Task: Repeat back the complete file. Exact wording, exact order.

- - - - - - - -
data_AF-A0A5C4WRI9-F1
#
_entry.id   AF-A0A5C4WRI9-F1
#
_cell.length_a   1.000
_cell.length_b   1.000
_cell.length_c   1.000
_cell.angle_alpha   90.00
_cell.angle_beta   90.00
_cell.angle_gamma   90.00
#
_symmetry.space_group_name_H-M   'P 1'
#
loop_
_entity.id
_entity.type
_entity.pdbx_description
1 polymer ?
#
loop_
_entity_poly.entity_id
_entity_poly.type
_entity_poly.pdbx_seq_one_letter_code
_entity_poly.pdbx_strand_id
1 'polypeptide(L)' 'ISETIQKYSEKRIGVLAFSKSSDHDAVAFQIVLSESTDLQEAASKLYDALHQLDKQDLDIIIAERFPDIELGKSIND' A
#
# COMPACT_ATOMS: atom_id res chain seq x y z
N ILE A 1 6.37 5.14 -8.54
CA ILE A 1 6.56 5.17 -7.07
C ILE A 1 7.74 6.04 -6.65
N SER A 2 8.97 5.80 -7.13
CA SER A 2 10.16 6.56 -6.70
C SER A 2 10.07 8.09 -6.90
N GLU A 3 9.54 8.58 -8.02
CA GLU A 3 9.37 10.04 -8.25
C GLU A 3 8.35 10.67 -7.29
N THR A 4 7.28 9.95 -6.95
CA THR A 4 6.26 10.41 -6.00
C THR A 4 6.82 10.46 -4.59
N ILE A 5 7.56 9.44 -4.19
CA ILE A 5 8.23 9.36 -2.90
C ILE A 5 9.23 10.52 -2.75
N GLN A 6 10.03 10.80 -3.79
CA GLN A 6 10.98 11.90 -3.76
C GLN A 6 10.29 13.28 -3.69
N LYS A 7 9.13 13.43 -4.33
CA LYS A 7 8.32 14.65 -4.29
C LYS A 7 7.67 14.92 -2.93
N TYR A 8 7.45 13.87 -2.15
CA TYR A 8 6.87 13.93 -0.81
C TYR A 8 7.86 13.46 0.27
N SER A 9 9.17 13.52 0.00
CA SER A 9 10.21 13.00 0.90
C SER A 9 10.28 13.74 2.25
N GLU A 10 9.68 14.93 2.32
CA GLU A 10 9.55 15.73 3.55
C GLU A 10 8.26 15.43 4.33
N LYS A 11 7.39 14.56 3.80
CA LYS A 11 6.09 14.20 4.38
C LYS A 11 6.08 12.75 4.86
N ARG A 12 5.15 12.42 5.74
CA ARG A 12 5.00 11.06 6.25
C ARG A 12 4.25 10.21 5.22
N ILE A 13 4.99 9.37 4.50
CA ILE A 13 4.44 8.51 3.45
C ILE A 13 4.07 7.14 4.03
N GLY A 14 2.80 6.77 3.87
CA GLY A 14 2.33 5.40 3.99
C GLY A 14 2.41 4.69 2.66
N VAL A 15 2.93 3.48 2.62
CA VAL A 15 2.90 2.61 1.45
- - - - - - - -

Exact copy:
data_AF-A0A5C4WRI9-F1
#
_entry.id   AF-A0A5C4WRI9-F1
#
_cell.length_a   1.000
_cell.length_b   1.000
_cell.length_c   1.000
_cell.angle_alpha   90.00
_cell.angle_beta   90.00
_cell.angle_gamma   90.00
#
_symmetry.space_group_name_H-M   'P 1'
#
loop_
_entity.id
_entity.type
_entity.pdbx_description
1 polymer ?
#
loop_
_entity_poly.entity_id
_entity_poly.type
_entity_poly.pdbx_seq_one_letter_code
_entity_poly.pdbx_strand_id
1 'polypeptide(L)' 'ISETIQKYSEKRIGVLAFSKSSDHDAVAFQIVLSESTDLQEAASKLYDALHQLDKQDLDIIIAERFPDIELGKSIND' A
#
# COMPACT_ATOMS: atom_id res chain seq x y z
N ILE A 1 6.37 5.14 -8.54
CA ILE A 1 6.56 5.17 -7.07
C ILE A 1 7.74 6.04 -6.65
N SER A 2 8.97 5.80 -7.13
CA SER A 2 10.16 6.56 -6.70
C SER A 2 10.07 8.09 -6.90
N GLU A 3 9.54 8.58 -8.02
CA GLU A 3 9.37 10.04 -8.25
C GLU A 3 8.35 10.67 -7.29
N THR A 4 7.28 9.95 -6.95
CA THR A 4 6.26 10.41 -6.00
C THR A 4 6.82 10.46 -4.59
N ILE A 5 7.56 9.44 -4.19
CA ILE A 5 8.23 9.36 -2.90
C ILE A 5 9.23 10.52 -2.75
N GLN A 6 10.03 10.80 -3.79
CA GLN A 6 10.98 11.90 -3.76
C GLN A 6 10.29 13.28 -3.69
N LYS A 7 9.13 13.43 -4.33
CA LYS A 7 8.32 14.65 -4.29
C LYS A 7 7.67 14.92 -2.93
N TYR A 8 7.45 13.87 -2.15
CA TYR A 8 6.87 13.93 -0.81
C TYR A 8 7.86 13.46 0.27
N SER A 9 9.17 13.52 0.00
CA SER A 9 10.21 13.00 0.90
C SER A 9 10.28 13.74 2.25
N GLU A 10 9.68 14.93 2.32
CA GLU A 10 9.55 15.73 3.55
C GLU A 10 8.26 15.43 4.33
N LYS A 11 7.39 14.56 3.80
CA LYS A 11 6.09 14.20 4.38
C LYS A 11 6.08 12.75 4.86
N ARG A 12 5.15 12.42 5.74
CA ARG A 12 5.00 11.06 6.25
C ARG A 12 4.25 10.21 5.22
N ILE A 13 4.99 9.37 4.50
CA ILE A 13 4.44 8.51 3.45
C ILE A 13 4.07 7.14 4.03
N GLY A 14 2.80 6.77 3.87
CA GLY A 14 2.33 5.40 3.99
C GLY A 14 2.41 4.69 2.66
N VAL A 15 2.93 3.48 2.62
CA VAL A 15 2.90 2.61 1.45